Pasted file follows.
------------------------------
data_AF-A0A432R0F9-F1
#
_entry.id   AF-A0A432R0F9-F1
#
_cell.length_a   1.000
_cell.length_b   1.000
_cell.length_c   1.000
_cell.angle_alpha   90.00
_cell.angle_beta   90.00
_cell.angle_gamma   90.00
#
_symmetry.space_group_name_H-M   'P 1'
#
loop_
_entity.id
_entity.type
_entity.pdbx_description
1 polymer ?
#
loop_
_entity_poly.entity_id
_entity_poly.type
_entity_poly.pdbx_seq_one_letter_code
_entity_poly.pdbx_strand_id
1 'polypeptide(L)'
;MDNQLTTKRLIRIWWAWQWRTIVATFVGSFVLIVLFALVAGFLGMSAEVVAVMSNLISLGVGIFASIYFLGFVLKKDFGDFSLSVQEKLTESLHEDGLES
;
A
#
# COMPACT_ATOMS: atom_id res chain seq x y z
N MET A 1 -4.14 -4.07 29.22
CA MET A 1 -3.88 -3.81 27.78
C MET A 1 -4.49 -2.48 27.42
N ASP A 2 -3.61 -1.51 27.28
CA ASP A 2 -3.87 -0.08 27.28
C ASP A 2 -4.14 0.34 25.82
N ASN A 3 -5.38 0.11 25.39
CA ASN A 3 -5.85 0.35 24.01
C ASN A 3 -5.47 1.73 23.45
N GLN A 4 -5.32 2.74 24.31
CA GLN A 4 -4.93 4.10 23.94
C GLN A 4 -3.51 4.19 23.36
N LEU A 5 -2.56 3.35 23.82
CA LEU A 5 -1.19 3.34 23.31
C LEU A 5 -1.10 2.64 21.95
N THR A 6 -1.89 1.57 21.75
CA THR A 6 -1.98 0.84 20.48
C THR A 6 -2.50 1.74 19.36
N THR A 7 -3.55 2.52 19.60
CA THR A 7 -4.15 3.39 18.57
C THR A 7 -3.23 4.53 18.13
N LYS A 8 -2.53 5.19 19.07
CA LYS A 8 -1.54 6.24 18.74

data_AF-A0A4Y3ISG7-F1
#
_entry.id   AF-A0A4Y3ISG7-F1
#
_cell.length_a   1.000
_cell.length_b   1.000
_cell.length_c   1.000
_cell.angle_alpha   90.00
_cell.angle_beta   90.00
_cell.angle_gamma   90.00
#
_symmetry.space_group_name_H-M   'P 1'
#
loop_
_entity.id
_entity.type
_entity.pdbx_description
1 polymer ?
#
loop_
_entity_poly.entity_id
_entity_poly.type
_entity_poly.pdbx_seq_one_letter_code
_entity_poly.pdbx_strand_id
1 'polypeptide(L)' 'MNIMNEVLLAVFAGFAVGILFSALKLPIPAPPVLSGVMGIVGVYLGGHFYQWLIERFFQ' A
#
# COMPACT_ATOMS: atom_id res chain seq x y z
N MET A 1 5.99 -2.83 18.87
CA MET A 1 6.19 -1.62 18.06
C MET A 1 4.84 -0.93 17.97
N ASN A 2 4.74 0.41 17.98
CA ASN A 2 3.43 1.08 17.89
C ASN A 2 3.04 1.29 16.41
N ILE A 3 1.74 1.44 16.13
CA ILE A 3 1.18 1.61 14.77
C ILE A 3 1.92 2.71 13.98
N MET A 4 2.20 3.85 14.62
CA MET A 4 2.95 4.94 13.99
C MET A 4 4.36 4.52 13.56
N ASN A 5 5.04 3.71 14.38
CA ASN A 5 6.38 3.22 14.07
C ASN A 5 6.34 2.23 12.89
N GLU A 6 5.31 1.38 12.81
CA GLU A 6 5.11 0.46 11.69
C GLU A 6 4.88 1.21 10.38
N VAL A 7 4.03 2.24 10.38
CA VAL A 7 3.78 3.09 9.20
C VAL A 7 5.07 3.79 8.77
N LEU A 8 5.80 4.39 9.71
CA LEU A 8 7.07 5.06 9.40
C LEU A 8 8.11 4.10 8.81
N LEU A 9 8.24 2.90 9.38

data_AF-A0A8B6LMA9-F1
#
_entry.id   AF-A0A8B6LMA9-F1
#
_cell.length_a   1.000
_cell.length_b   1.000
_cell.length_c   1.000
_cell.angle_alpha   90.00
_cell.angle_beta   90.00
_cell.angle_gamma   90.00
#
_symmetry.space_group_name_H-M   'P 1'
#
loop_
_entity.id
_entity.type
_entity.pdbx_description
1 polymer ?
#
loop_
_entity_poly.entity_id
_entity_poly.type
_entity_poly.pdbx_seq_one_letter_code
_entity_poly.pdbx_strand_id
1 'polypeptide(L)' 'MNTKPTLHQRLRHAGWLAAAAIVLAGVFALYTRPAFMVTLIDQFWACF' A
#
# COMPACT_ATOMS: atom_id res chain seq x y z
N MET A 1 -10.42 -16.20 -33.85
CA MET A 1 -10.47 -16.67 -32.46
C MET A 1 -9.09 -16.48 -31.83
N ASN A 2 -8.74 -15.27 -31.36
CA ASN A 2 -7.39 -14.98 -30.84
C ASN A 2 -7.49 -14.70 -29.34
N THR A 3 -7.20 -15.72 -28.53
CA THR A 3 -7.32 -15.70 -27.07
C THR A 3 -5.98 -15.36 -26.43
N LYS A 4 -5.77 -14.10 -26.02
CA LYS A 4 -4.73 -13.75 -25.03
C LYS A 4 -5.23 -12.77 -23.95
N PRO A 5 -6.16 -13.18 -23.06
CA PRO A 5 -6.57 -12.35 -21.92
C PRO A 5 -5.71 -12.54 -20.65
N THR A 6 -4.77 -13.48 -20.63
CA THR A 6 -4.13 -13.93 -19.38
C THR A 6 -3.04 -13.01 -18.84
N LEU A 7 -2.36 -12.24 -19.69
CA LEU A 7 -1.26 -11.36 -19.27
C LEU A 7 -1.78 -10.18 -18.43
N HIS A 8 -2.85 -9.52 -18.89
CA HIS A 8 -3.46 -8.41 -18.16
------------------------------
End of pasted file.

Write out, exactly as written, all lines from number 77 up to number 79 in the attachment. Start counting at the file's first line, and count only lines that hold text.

_entity_poly.pdbx_strand_id
1 'polypeptide(L)' 'MNIMNEVLLAVFAGFAVGILFSALKLPIPAPPVLSGVMGIVGVYLGGHFYQWLIERFFQ' A
#